Southeast Asian nations to cooperate vs kidnappers
MANILA, Philippines – The Philippines, Malaysia and Indonesia agreed Monday, June 20, to consider coordinated steps including possible joint patrols to tackle a wave of seaborne crime, after a Filipino kidnap-for-ransom gang captured numerous foreigners and murdered some of them.
Defense ministers from the three nations met in Manila to discuss security following the abduction of Malaysians and Indonesians by the Philippine-based Abu Sayyaf earlier this year.
The group kidnapped four Malaysian seamen and 14 Indonesian sailors, holding them in the strife-torn south. They were freed several months later but there was no information on whether a ransom was paid.
Two Canadians also held by the group were beheaded after a ransom deadline passed.
The ministers raised concern at recent seaborne kidnappings and armed robberies and "reaffirmed the need, commitment and collective responsibility of the countries to address such threats that undermine peace, security and prosperity of the region," a joint statement said.
They agreed to consider establishing joint military command posts and three-nation sea and air patrols, it added, without singling out the Abu Sayyaf.
The ministers also agreed to consider a transit corridor which would serve as a designated sea lane.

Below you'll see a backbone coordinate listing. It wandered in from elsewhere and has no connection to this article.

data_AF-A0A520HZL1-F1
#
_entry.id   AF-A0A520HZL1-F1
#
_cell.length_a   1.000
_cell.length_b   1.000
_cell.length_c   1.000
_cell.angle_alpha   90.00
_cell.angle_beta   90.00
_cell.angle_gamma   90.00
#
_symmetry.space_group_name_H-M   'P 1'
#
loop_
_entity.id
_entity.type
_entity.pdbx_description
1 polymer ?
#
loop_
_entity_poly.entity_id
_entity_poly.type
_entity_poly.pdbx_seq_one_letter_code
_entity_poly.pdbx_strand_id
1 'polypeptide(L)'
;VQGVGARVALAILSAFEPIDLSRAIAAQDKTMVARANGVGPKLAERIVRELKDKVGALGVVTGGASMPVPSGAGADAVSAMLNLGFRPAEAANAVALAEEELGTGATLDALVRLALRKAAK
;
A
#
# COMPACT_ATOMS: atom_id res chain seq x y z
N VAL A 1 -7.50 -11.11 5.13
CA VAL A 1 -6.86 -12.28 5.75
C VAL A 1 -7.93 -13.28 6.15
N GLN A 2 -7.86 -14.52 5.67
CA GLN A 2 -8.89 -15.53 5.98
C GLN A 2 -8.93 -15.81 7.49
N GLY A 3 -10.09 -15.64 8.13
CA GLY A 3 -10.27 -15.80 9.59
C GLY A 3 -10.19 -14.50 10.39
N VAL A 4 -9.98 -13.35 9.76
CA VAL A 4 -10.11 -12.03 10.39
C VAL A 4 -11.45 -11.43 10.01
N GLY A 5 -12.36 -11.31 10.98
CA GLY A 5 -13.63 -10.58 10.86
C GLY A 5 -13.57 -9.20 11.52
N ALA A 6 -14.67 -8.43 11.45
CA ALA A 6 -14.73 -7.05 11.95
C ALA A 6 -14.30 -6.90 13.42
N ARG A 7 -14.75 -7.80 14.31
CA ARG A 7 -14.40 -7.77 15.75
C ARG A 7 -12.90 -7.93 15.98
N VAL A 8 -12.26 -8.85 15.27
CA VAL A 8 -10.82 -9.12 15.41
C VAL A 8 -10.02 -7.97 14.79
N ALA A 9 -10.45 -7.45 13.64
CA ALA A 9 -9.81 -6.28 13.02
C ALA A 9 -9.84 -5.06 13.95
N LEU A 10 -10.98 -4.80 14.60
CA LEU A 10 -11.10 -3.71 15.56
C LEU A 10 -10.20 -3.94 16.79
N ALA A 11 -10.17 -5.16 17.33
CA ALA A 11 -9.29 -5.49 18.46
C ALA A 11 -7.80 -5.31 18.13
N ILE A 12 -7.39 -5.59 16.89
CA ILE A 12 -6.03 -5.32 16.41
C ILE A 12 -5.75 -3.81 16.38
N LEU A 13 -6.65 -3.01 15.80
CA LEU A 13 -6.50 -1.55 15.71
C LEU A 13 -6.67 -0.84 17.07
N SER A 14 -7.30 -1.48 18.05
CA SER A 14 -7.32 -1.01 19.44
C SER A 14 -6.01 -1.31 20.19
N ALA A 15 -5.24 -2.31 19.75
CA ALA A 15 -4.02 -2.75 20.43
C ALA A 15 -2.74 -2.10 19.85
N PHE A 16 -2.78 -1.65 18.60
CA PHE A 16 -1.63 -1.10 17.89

The three countries have already been conducting joint patrols and set up a hotline to deal with attacks by the Abu Sayyaf, who have previously launched raids into Malaysia and attacked Indonesian ships at sea.
Last year Malaysian Bernard Then was kidnapped from a seaside restaurant in Sabah, about 300 kilometers (180 miles) from the Abu Sayyaf's Jolo stronghold. He was later killed by the group.
Earlier this year the Abu Sayyaf killed the two Canadians they seized from a Philippine yachting resort last September. They are still holding a Norwegian and a Filipina abducted from the same resort, a Japanese treasure hunter kidnapped in 2010 and a Dutch bird watcher abducted in 2012.
Founded in the 1990s with the help of Al-Qaeda, the Abu Sayyaf has been blamed for some of the Philippines' worst terror attacks including bombings and kidnappings for ransom.
Its leaders have pledged allegiance to the Islamic State of Iraq and Syria group (ISIS) but analysts say they are more focused on kidnappings for ransom than setting up a caliphate. – Rappler.com